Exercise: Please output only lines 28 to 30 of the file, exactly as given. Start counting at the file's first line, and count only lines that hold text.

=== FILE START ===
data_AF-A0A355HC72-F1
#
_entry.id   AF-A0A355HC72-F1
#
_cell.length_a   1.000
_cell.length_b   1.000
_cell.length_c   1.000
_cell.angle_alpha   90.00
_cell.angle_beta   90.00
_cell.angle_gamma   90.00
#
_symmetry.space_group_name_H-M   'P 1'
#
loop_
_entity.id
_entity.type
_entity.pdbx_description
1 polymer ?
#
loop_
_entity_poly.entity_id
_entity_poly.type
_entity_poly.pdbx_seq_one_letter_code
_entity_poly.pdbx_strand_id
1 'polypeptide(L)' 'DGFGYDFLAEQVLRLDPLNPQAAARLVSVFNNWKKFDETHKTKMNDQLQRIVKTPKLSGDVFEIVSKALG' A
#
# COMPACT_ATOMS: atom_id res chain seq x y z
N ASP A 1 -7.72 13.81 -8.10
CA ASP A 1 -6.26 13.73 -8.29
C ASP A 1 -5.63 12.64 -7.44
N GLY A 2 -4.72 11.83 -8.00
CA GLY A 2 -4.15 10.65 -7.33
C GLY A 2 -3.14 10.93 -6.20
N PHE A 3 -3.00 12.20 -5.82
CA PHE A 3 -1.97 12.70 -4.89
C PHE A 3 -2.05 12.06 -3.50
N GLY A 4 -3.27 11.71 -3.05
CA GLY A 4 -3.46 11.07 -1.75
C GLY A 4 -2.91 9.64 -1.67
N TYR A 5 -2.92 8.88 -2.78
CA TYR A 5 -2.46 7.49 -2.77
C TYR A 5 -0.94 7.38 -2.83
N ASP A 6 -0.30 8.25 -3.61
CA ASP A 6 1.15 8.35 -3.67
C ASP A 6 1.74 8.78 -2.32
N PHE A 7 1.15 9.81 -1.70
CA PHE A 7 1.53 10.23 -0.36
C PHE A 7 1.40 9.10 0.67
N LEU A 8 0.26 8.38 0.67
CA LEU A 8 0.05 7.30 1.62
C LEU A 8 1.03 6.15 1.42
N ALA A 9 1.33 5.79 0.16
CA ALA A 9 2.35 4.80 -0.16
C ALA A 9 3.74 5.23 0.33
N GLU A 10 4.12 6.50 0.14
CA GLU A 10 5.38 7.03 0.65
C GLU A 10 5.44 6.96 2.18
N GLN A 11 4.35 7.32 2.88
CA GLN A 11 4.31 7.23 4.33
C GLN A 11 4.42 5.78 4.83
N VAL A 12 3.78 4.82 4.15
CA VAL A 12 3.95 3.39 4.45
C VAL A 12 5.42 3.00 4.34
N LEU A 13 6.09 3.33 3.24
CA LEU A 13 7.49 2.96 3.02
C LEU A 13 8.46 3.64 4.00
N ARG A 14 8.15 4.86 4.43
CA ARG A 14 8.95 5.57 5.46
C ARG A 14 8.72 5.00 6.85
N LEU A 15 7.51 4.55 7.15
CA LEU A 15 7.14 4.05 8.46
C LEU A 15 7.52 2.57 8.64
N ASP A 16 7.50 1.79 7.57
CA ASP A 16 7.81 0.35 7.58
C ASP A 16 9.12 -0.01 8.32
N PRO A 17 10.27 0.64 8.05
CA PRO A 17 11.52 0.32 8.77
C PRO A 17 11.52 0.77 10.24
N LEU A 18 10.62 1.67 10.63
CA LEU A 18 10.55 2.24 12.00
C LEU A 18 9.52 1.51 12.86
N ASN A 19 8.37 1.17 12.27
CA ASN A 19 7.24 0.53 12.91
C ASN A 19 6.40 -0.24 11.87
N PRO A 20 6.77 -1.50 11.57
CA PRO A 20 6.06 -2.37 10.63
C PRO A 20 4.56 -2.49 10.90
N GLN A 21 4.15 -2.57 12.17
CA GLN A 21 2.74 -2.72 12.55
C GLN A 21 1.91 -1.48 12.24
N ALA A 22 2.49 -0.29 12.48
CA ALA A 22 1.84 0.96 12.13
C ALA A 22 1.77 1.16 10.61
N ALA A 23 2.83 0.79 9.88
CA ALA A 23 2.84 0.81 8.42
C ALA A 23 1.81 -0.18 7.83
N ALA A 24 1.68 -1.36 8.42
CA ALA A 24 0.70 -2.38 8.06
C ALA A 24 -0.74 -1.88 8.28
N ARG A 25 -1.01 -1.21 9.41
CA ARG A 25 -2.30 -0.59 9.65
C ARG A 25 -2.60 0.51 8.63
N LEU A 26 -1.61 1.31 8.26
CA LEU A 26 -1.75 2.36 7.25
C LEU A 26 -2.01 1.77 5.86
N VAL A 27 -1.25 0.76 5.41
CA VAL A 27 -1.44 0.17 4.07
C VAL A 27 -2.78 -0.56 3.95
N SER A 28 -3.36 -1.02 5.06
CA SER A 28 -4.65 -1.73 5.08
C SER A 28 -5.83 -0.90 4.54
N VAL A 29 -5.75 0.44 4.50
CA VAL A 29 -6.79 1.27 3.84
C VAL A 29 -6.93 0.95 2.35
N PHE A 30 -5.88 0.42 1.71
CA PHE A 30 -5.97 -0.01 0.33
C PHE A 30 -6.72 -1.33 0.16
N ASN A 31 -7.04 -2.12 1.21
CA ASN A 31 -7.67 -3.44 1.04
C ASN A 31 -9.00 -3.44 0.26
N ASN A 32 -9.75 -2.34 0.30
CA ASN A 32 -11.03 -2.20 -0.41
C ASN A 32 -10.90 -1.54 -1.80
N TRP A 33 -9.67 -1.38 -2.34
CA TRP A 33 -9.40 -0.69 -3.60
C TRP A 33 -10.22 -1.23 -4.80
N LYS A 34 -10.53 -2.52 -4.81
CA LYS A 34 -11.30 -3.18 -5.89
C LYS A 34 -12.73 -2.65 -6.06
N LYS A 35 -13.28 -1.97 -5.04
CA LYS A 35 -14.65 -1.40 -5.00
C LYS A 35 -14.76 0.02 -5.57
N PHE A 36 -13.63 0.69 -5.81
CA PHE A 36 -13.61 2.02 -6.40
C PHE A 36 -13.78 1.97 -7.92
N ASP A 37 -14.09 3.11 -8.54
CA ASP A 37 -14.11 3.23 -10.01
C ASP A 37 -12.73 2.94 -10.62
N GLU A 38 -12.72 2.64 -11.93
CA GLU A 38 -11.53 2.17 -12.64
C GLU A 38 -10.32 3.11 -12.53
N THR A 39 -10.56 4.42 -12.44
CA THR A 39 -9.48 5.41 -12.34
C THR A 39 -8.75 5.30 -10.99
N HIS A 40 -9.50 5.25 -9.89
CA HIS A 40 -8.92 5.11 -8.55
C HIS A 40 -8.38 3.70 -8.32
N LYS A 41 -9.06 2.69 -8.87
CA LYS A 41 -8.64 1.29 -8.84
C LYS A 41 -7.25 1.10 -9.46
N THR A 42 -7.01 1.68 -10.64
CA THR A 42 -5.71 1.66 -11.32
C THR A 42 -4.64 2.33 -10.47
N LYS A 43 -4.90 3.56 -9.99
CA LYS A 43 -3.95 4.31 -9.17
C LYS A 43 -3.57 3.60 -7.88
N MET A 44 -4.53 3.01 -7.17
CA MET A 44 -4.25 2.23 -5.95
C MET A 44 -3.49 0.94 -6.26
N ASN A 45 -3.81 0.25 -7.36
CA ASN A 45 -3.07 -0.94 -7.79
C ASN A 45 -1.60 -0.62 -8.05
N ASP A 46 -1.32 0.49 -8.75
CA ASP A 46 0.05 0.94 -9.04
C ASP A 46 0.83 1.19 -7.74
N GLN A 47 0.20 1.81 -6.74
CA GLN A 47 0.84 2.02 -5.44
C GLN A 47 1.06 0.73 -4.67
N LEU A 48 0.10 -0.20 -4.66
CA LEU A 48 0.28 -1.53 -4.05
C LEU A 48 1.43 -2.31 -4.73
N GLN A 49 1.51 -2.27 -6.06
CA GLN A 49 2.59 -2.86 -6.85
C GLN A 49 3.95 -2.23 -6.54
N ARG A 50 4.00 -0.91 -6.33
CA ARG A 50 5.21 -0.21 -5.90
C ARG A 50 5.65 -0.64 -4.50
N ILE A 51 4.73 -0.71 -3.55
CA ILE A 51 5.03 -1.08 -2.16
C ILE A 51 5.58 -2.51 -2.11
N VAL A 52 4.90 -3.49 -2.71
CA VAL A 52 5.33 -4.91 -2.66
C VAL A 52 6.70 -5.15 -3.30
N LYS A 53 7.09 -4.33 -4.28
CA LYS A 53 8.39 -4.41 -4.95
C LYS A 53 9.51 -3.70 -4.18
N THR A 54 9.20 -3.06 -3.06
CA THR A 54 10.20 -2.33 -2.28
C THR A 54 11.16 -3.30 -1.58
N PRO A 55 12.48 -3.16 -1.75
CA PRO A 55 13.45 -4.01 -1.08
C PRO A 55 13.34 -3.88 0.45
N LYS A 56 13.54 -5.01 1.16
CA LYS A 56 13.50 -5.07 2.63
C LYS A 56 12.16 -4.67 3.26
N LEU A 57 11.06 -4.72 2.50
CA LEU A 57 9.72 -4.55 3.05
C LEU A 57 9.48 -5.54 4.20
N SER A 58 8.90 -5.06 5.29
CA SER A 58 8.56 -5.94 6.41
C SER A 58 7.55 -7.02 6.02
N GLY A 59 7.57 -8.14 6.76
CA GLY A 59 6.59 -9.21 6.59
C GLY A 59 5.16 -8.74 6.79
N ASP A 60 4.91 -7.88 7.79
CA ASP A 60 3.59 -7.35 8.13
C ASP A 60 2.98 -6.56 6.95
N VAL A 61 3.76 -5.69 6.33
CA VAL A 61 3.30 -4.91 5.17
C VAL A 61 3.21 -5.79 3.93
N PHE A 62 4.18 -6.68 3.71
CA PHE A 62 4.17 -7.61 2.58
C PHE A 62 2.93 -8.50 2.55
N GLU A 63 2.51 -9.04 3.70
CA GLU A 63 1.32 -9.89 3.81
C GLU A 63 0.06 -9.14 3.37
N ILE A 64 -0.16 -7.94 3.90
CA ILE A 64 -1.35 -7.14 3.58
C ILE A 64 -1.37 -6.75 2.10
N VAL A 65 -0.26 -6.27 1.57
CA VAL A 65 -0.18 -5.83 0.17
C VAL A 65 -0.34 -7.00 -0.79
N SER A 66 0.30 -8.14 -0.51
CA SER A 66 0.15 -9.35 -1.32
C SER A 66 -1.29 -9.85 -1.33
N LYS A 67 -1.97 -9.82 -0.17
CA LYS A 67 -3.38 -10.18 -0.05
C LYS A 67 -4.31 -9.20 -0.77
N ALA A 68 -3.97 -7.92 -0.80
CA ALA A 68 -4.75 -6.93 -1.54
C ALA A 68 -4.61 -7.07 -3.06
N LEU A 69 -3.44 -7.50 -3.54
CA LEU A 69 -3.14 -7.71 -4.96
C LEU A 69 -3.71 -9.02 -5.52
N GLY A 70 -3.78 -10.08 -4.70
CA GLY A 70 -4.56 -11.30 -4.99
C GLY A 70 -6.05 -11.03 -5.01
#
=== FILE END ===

N ASP A 1 -7.72 13.81 -8.10
CA ASP A 1 -6.26 13.73 -8.29
C ASP A 1 -5.63 12.64 -7.44